2

Is there a MYSQL's "FLUSH PRIVILEGES" equivalent existing in SQL Server?

Or, are the changed permissions implicitly updated in SQL Server?

Hope my question is clear.

Thanks,
Bhathiya

4

In SQL Server permissions are applied immediately, no need to flush anything. The moment a GRANT, REVOKE or DENY is issued it is in effect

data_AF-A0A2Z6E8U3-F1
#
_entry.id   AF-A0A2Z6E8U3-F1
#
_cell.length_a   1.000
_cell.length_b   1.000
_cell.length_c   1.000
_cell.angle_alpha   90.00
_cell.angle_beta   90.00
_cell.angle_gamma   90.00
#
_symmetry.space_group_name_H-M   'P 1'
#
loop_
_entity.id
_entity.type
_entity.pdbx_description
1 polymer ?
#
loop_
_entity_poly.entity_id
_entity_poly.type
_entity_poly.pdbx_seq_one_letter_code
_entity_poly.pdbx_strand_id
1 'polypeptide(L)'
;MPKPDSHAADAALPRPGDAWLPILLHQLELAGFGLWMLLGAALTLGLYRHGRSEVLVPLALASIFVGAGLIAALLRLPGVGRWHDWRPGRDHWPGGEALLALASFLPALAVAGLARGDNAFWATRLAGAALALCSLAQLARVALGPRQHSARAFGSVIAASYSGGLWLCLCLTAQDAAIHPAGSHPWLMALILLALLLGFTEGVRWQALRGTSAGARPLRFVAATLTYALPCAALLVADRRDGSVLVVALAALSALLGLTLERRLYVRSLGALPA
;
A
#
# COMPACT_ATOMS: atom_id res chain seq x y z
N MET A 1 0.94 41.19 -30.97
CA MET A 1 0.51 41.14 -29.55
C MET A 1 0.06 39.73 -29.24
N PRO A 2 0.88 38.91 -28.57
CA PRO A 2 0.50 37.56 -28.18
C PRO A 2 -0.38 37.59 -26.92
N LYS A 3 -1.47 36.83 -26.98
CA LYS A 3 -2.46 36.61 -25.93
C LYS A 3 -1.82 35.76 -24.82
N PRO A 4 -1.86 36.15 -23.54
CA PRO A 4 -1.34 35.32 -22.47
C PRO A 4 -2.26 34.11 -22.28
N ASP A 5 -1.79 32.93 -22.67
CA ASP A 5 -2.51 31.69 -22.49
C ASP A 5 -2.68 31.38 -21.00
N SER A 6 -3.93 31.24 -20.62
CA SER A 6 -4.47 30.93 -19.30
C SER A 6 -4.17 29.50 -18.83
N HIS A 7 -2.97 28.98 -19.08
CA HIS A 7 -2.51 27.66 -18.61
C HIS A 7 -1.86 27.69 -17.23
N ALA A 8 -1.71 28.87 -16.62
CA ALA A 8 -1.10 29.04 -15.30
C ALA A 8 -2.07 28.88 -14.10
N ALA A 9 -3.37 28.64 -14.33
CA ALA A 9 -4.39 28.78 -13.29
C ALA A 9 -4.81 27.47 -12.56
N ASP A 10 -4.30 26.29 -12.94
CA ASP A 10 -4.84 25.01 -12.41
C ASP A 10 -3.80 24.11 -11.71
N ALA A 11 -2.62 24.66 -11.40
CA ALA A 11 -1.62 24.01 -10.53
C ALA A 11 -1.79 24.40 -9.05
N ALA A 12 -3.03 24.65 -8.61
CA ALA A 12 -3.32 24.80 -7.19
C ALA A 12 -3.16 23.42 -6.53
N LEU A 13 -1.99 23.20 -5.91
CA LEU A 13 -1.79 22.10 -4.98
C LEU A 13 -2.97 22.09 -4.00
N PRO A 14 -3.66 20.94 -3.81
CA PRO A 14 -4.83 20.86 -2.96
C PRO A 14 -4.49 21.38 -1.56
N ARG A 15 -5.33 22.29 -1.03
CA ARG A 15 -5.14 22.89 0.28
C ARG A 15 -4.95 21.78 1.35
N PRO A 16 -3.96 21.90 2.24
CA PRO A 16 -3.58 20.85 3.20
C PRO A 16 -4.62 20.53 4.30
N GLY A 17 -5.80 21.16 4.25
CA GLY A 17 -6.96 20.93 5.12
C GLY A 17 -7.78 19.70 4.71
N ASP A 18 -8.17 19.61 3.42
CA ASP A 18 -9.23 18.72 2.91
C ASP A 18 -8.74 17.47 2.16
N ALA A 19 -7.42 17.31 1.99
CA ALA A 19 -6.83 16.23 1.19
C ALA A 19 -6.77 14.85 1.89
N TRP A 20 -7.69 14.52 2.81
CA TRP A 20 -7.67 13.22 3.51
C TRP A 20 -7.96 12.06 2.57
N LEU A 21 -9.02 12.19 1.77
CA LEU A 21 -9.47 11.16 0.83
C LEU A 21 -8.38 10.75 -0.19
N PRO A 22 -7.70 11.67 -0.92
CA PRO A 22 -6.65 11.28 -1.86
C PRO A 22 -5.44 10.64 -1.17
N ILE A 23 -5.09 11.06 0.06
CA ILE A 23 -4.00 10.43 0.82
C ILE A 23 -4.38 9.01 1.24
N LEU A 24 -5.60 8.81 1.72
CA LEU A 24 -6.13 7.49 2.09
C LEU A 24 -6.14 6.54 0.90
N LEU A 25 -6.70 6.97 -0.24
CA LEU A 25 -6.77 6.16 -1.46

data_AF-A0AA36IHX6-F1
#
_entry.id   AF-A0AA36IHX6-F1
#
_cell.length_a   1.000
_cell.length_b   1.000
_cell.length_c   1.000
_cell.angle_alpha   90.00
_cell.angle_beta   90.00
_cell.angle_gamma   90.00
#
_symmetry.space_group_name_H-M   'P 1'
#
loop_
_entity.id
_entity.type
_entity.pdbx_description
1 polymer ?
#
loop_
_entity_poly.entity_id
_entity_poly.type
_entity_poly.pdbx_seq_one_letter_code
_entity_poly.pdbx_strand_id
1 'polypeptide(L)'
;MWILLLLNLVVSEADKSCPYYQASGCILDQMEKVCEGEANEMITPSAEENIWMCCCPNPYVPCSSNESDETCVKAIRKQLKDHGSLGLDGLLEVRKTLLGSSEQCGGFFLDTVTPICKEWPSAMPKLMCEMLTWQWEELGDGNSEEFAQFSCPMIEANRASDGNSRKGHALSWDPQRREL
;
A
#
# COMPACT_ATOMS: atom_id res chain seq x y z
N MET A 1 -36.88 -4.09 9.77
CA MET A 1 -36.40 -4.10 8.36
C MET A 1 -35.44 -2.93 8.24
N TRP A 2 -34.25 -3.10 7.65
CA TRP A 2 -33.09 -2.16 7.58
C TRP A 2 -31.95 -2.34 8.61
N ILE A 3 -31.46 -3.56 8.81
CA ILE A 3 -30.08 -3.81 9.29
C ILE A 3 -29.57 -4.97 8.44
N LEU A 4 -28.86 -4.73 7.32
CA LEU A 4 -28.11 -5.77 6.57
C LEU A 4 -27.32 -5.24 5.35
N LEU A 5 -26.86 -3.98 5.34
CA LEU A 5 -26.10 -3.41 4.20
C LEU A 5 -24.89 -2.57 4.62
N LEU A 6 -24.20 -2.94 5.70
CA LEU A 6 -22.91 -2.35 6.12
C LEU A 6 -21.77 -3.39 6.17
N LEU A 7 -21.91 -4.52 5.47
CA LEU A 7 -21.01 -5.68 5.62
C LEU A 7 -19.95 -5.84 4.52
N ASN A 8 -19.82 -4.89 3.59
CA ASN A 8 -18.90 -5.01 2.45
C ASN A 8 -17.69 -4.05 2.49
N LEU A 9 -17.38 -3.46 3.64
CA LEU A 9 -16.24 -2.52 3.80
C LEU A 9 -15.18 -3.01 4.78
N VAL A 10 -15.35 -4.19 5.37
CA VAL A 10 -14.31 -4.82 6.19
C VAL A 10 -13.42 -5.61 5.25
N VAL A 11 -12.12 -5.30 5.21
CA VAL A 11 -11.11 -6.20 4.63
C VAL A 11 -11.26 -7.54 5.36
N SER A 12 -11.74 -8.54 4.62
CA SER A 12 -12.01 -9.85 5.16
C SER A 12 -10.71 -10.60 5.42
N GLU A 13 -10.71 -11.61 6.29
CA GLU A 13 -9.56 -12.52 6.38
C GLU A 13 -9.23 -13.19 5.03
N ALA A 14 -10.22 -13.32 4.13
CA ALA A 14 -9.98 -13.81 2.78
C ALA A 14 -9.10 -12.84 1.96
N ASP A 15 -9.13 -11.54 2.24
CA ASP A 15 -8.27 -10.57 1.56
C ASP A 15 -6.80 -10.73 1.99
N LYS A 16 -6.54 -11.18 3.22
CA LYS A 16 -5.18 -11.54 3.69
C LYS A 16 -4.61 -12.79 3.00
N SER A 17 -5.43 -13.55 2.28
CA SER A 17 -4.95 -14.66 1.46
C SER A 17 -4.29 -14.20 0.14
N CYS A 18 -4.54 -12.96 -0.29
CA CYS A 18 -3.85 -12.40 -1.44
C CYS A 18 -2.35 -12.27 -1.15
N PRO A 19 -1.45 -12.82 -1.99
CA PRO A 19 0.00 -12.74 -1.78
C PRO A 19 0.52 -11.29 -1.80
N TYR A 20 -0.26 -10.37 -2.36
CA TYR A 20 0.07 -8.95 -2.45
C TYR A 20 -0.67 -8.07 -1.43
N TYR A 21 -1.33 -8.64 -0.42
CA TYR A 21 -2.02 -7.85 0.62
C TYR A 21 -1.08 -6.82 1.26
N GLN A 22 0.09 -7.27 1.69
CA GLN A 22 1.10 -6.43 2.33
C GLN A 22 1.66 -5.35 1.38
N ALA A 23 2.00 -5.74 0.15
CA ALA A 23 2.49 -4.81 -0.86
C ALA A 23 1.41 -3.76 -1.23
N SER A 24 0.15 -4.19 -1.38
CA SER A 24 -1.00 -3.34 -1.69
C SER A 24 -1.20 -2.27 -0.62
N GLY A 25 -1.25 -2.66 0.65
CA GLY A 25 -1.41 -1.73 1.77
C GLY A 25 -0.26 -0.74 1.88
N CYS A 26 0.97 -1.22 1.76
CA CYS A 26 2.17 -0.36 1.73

1

You should use FLUSH PRIVILEGES; only if you modify the grant tables directly using statements such as INSERT, UPDATE, or DELETE.

See: Stop using FLUSH PRIVILEGES

Your Answer

By clicking “Post Your Answer”, you agree to our terms of service, privacy policy and cookie policy

Not the answer you're looking for? Browse other questions tagged or ask your own question.